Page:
• health and safety

Sara Crofts, who led SPAB's FiM project says: "FiM proved that there are a lot of people across the country who generously give their time to help look after their much-valued places of worship, and they want to find out more about how to care for these buildings effectively with dwindling resources.  Inevitably, it's an uphill battle.  The Maintenance Co-operative Movement will unlock that deep reservoir of good will by encouraging people to get together, get involved and get stuck in, knowing that there's a pool of support, information, advice and assistance to draw on. We plan to build a mutually beneficial maintenance community with the skills and knowledge to tackle the day-to-day care of these important buildings. The volunteers who join our maintenance co-operatives will help and inform each other and, importantly boost each others' confidence.  It's a way of targeting and using limited resources efficiently, positively and practically."

Carole Souter, Chief Executive of HLF says: "Without the dedication of thousands of volunteers, the UK's places of worship would, quite literally, fall into disrepair. The kind of partnership work that SPAB is fostering with this new initiative chimes perfectly with HLF's own thinking on volunteering; we hope it will encourage even more people to get actively involved with their local heritage. Initial development funding will be used to progress plans further, enabling SPAB to work towards securing a full HLF grant in future."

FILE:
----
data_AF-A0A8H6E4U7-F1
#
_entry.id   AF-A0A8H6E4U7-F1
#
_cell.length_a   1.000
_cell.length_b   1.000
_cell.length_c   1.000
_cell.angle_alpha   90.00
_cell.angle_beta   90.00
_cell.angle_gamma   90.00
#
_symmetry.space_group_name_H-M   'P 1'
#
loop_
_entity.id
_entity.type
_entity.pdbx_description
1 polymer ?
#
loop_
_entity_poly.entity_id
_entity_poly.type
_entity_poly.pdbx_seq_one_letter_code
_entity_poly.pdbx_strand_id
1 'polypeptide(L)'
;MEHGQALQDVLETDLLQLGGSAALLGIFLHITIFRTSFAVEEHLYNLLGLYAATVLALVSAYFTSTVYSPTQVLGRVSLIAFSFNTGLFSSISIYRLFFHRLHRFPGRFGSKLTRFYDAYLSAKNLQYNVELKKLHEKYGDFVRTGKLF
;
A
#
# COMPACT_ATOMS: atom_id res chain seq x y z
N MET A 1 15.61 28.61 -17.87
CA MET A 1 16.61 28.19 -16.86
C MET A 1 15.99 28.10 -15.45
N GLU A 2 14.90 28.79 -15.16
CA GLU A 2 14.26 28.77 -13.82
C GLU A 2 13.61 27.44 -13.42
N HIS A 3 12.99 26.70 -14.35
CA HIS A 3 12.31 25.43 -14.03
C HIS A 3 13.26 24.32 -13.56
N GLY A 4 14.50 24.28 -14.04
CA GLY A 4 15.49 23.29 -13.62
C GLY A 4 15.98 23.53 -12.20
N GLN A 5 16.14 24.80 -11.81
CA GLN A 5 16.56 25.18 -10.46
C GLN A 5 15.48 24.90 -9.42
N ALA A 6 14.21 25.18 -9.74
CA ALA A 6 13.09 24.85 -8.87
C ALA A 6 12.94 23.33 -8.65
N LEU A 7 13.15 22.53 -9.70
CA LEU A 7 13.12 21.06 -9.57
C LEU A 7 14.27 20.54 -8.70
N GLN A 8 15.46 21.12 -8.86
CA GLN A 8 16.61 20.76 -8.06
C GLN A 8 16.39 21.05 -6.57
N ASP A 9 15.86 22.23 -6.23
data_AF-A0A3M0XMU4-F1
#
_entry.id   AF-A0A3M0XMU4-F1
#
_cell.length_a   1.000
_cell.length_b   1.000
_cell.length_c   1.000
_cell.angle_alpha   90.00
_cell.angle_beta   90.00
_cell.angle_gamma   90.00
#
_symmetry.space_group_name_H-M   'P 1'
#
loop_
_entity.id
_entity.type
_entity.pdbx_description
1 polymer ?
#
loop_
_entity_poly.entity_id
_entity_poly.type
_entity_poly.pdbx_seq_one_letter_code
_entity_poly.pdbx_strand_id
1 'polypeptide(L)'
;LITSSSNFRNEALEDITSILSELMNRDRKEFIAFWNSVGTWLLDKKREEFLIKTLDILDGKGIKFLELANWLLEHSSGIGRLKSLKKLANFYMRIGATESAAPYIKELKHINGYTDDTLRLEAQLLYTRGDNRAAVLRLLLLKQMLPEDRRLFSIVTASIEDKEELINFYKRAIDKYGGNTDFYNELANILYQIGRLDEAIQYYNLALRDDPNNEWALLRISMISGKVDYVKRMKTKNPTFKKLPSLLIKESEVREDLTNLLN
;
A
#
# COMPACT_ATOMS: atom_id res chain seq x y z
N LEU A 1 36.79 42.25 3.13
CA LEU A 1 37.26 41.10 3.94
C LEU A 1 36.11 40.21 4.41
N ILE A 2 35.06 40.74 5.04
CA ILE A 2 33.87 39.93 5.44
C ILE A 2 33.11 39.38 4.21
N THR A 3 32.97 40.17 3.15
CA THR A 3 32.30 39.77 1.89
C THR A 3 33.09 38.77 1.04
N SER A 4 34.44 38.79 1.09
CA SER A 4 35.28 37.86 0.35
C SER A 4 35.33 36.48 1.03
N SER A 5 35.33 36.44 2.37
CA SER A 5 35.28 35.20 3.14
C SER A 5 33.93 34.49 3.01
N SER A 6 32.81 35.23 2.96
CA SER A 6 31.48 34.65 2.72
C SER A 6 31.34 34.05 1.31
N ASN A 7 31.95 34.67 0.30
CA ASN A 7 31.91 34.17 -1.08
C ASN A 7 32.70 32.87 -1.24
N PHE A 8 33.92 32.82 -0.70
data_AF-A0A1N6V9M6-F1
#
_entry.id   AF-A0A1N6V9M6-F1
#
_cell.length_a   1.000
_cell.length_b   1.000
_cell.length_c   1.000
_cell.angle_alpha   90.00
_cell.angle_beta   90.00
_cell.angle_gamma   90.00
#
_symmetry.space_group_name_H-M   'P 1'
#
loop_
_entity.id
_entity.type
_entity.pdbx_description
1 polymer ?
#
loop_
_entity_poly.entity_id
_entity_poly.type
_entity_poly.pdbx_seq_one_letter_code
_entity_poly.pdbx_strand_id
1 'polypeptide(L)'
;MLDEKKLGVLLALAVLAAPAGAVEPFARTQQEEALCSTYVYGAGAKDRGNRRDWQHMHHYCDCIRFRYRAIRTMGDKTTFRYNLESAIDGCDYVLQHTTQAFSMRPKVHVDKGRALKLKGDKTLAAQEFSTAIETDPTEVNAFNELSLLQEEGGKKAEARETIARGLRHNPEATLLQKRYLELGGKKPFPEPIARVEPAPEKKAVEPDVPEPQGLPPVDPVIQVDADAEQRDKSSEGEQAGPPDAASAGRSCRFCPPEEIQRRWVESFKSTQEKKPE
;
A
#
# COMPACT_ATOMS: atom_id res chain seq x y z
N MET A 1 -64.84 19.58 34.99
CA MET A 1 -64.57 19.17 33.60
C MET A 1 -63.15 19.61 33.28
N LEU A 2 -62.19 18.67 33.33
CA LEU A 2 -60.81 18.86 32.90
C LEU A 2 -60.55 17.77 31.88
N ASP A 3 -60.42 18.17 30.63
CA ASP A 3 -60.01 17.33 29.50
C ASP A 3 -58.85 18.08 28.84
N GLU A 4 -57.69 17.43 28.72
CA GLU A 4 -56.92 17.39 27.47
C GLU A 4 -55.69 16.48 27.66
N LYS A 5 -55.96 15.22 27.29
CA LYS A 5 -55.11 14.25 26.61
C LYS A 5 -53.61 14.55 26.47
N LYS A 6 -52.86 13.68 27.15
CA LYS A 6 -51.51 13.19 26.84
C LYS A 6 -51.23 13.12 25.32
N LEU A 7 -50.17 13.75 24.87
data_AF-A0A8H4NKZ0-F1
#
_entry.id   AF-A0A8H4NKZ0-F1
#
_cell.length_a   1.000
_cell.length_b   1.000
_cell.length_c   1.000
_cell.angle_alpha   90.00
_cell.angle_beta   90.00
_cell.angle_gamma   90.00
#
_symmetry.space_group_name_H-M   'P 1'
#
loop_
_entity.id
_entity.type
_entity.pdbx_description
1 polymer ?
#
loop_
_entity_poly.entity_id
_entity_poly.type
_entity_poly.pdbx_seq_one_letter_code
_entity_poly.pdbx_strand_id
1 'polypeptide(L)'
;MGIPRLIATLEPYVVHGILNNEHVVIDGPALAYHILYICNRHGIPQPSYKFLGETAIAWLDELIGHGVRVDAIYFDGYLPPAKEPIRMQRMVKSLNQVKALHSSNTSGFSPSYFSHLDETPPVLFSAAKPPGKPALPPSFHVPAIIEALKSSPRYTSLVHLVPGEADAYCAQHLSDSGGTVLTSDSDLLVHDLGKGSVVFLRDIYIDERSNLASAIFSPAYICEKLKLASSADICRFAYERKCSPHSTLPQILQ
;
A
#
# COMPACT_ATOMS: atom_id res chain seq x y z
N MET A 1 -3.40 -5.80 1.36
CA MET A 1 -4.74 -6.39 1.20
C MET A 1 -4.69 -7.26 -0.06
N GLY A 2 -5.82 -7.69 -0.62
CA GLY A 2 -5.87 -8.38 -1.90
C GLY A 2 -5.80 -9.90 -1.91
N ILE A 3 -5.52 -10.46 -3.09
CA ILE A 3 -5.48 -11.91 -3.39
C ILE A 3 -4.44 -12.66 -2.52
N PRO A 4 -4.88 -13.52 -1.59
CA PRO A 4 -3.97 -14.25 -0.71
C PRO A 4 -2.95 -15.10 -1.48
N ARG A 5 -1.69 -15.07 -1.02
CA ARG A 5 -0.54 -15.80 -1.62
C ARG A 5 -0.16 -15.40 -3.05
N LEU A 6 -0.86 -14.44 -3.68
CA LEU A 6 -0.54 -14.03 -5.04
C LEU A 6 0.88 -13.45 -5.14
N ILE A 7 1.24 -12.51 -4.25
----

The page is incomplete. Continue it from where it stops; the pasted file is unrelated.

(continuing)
Ends

Notes to Editors

For more information contact Kate Griffin, SPAB press office 0207 456 0905 / kate@spab.org.uk

*A first-round pass/initial support means the project meets HLF criteria for funding and HLF believes the project has potential to deliver high-quality benefits and value for Lottery money. The application was in competition with other supportable projects, so a first-round pass is an endorsement of outline proposals. Having been awarded a first-round pass, the project now has up to two years to submit fully developed proposals to compete for a firm award. On occasion, an applicant with a first-round pass will also be awarded development funding towards the development of their scheme.

The Society for the Protection of Ancient Buildings (SPAB) was founded by William Morris in 1877 to care for and preserve the UK's architectural heritage. Since its foundation, SPAB has been committed to advise and educate homeowners and building professionals through courses and publications. Following Morris' exhortation to: "Stave off decay by daily care" SPAB is the force behind National Maintenance Week each November.  Today it is a dynamic organisation, and registered charity, taking building conservation into the future.

To find out more visit www.spab.org.uk                    

The National Churches Trust is the only independent national charity dedicated to preserving, promoting and supporting all churches, chapels and meeting houses of historic, architectural and community value across the UK. Each year the Trust awards grants and gives support right across the UK.

To find out more visit www.nationalchurchestrust.org

The Heritage Lottery Fund (HLF) Using money raised through The National Lottery, the HLF sustains and transforms a wide range of heritage for present and future generations to take part in, learn from and enjoy. From museums parks and historic places, to archaeology, natural environment and cultural traditions, we invest in every part of our diverse heritage. HLF has supported 30,000 projects, allocating £4.7 billion across the UK. 

To find out more visit www.hlf.org.uk